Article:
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Environment, Energy and Climate Change

During my Masters of Science degree and then later in my career, I studied and published peer-reviewed research on coastal processes impacting the migration and translocation of the Gulf’s northern barrier islands, from the Chandeliers in Louisiana to Cape San Blas in Florida.


I developed geospatial models for sea level rise and hurricane storm surge under varying future climate scenarios, surveyed dune structure and integrity, and worked with coastal communities on sustainability and adaptability.


My work earned some of the highest honors in my academic field, including the Best Thesis Presentation from the Paleoenvironmental Change group and the Gilbert F. White Award for Best Graduate Thesis/Dissertation from the Association of American Geographers.


I then worked as a coastal scientist for the State of Louisiana before coming to Florida State to start my Ph.D.


Coastal science drives my doctoral research as I work to expand the historical hurricane record so that we can better project hurricane intensity, frequency, and geographic distribution during different oceanic cycles (like El Nino) and climate phases.

Climate Change

As much as we try to practice good conservation by turning off our faucet while brushing our teeth, keeping the air in our homes at 78°F, and making sure our lights are off when we leave home, climate change is a global issue that requires global solutions. 

Our world has come together to confront global environmental issues in the past. The Montreal Protocol in the late 1980's saw a global coalition work to reduce ozone-depleting chemicals from atmospheric circulation. And it worked. The United States should be leading the world on this issue - not trailing behind as we are now.​

China and India continue to develop at lightning speed, making them the first and third largest emitters of greenhouse gases on the planet, respectively. Confronting climate change necessitates holding China and India to similar standards put on the United States and other major emitters like Russia and Japan.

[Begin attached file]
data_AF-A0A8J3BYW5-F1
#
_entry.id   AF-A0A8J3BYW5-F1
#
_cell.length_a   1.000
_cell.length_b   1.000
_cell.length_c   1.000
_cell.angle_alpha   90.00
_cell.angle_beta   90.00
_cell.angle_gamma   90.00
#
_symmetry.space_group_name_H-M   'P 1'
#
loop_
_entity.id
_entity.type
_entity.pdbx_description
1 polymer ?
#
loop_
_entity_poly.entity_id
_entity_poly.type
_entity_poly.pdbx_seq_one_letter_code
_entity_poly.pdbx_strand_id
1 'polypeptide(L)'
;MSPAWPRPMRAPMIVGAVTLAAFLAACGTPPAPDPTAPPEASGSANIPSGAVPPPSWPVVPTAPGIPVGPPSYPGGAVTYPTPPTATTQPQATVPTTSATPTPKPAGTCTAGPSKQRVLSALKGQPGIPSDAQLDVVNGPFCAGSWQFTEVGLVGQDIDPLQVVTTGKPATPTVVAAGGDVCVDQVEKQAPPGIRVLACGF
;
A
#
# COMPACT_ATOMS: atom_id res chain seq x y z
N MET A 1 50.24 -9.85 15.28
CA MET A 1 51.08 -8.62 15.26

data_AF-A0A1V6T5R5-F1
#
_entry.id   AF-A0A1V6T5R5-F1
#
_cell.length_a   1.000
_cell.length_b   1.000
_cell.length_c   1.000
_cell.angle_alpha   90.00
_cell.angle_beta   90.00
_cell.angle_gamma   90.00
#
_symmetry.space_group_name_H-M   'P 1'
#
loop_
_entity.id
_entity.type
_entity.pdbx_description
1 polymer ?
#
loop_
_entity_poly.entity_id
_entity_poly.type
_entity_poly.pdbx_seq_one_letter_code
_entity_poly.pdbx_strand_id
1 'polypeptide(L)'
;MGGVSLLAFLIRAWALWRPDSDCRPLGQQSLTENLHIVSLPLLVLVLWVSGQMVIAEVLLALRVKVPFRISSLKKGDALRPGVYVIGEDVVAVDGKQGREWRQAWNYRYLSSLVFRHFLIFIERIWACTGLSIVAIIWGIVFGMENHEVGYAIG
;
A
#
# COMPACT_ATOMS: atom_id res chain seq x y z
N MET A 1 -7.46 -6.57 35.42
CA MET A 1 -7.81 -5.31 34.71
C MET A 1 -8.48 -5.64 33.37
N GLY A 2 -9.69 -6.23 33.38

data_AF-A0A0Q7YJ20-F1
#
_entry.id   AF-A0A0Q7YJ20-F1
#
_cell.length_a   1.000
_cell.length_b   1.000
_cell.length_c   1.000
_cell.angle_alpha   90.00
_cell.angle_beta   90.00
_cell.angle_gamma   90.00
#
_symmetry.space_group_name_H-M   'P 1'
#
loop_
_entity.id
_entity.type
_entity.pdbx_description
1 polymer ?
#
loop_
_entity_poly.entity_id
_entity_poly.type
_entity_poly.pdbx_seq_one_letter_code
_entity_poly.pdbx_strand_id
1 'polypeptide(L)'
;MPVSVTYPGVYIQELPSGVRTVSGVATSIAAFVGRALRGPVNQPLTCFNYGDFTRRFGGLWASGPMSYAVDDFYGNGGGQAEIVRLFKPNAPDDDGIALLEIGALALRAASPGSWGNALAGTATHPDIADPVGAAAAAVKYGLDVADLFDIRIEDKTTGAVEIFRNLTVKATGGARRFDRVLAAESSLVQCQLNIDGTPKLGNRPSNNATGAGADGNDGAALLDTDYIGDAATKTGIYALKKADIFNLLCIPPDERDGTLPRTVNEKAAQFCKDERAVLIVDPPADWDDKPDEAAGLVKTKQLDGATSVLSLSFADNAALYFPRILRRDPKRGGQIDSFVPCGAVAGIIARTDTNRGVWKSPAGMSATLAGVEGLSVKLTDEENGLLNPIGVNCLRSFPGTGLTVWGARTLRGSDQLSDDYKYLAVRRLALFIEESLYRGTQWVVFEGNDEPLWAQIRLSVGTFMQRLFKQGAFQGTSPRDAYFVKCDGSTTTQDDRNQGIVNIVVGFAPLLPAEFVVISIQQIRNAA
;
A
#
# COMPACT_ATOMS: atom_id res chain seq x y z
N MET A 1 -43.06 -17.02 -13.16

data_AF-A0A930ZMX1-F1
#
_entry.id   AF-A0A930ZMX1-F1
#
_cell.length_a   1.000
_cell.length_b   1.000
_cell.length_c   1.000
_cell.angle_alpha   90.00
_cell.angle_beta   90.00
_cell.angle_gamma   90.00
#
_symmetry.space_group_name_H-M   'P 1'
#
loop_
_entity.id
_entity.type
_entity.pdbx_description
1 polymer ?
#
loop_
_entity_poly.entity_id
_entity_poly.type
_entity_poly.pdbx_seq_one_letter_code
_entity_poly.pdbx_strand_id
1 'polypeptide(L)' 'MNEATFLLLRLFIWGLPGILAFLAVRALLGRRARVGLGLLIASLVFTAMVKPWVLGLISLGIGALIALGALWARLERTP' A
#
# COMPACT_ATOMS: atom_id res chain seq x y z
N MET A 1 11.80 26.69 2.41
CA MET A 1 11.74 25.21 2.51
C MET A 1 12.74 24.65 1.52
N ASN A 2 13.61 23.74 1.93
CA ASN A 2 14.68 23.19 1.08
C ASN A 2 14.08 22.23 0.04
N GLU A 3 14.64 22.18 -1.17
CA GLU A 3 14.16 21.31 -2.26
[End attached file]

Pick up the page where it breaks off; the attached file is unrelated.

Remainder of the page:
I support moratoriums on ALL fracking, deep-water oil exploration and drilling, and compressor stations/coal plants - not just the development of new ones. I also support holding those companies who inflicted damage on the environment and people in areas that were fracked, drilled and destroyed accountable. I live on the Gulf Coast and know what the BP oil spill did to communities here. But we can't just look at our own back yards - we need international, binding arbitration with developing countries to protect all peoples from the damage caused by these invasive fossil fuel activities 

Energy Independence:

Florida’s panhandle averages between 4.5-6.0  (kWh/sq.m./day) Direct Normal Irradiance annually, which makes the 1st a prime location for solar energy production. Getting and staying out of the affairs of the Middle East, reducing our carbon footprint, and creating energy independence for Floridians should be a top priority, and solar energy is one of many avenues for us to do that. Per kilowatt hour, solar energy is the cheapest energy on the planet. Divesting from fossil fuels into the energy of today makes good business sense - Chevron even knows that, which is why they're a top investor in renewable energy.